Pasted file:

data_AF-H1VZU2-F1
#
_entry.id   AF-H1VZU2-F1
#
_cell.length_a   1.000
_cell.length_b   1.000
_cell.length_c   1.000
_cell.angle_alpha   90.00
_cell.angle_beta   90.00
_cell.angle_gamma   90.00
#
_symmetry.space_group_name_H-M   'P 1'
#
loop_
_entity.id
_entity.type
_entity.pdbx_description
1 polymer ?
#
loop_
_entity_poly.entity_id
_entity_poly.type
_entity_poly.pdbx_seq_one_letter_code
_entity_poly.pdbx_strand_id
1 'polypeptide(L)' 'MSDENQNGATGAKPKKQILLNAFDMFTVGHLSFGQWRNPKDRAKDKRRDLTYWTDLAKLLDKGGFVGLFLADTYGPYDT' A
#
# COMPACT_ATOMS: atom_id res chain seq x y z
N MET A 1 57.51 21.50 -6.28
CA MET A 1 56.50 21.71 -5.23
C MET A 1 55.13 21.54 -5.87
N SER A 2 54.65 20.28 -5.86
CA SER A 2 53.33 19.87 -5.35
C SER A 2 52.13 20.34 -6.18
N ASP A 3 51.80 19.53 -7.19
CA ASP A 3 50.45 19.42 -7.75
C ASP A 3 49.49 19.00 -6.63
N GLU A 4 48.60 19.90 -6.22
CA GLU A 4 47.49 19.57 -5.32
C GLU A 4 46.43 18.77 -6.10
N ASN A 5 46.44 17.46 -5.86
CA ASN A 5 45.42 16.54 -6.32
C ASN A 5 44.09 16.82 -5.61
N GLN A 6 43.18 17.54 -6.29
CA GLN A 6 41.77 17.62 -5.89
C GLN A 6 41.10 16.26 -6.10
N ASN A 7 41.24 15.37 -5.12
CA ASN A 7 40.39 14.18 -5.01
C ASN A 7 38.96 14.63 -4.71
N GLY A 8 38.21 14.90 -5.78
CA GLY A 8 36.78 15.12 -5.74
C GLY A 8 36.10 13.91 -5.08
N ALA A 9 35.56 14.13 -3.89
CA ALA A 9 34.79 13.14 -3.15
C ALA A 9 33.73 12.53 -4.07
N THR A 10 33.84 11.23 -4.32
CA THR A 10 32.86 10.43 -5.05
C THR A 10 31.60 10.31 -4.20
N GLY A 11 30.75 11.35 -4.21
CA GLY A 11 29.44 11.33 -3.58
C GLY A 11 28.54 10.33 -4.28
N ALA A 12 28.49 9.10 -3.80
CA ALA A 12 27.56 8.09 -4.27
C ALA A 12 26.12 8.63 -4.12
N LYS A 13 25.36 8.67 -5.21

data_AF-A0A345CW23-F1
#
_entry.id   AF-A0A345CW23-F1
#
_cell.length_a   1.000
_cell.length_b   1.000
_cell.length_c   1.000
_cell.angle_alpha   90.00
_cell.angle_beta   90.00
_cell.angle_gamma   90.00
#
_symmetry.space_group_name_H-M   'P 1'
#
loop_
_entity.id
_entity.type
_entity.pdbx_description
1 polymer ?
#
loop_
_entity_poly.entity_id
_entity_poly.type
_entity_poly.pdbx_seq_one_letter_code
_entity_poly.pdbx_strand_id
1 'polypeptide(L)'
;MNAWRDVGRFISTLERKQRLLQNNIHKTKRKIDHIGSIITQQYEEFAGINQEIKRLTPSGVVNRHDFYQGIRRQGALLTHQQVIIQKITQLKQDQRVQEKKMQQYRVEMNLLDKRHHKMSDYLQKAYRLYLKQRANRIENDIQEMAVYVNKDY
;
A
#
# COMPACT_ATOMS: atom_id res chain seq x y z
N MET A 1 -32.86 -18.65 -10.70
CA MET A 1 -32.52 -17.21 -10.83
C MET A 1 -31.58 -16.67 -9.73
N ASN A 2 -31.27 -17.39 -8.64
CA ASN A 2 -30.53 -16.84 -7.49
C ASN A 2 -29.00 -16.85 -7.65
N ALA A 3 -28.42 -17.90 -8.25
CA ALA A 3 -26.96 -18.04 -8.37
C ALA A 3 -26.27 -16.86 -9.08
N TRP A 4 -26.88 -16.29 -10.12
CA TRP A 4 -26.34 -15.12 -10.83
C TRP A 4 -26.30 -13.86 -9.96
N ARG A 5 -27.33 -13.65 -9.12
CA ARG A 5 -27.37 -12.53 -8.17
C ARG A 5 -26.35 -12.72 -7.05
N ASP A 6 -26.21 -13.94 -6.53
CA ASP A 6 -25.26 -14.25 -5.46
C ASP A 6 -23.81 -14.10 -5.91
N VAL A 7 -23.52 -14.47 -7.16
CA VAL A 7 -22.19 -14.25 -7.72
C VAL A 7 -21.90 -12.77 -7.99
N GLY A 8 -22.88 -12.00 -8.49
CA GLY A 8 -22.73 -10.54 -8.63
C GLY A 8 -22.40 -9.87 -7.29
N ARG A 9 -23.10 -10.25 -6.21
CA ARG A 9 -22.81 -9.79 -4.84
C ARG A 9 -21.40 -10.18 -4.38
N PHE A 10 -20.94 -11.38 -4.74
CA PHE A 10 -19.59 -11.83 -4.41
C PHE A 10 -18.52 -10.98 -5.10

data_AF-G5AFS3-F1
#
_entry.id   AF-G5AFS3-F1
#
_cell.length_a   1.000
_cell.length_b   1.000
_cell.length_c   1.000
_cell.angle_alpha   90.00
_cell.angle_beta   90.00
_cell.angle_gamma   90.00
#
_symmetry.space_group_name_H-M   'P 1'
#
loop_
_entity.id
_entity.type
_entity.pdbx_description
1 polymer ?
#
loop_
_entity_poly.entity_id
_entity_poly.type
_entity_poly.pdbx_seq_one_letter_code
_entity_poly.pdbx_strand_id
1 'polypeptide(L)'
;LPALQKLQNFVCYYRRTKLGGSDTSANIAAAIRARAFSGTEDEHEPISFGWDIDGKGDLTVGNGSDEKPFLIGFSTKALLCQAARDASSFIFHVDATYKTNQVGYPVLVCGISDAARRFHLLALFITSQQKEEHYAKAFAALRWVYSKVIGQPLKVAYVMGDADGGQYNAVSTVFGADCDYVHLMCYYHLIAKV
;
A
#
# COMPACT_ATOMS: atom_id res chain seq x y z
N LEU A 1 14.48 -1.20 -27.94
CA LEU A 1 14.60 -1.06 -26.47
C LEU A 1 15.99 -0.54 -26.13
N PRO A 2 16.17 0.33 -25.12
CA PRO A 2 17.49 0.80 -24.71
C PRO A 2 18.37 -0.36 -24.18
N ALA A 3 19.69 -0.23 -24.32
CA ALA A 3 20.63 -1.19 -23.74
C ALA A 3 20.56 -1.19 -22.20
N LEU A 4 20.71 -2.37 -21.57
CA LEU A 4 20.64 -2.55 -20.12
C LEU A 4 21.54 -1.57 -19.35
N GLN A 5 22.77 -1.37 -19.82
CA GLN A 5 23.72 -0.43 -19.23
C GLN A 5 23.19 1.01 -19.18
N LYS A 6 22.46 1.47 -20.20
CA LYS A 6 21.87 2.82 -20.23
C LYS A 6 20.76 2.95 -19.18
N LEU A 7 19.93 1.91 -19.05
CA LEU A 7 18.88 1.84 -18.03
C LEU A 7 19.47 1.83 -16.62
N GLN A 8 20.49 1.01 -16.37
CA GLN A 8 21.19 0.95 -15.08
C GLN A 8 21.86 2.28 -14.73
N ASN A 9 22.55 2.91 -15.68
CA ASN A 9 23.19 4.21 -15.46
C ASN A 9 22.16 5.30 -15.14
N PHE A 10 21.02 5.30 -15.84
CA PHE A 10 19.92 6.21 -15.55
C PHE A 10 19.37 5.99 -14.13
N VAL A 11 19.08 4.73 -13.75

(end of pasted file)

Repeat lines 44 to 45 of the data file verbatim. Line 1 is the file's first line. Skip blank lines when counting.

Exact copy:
CA GLN A 6 41.77 17.62 -5.89
C GLN A 6 41.10 16.26 -6.10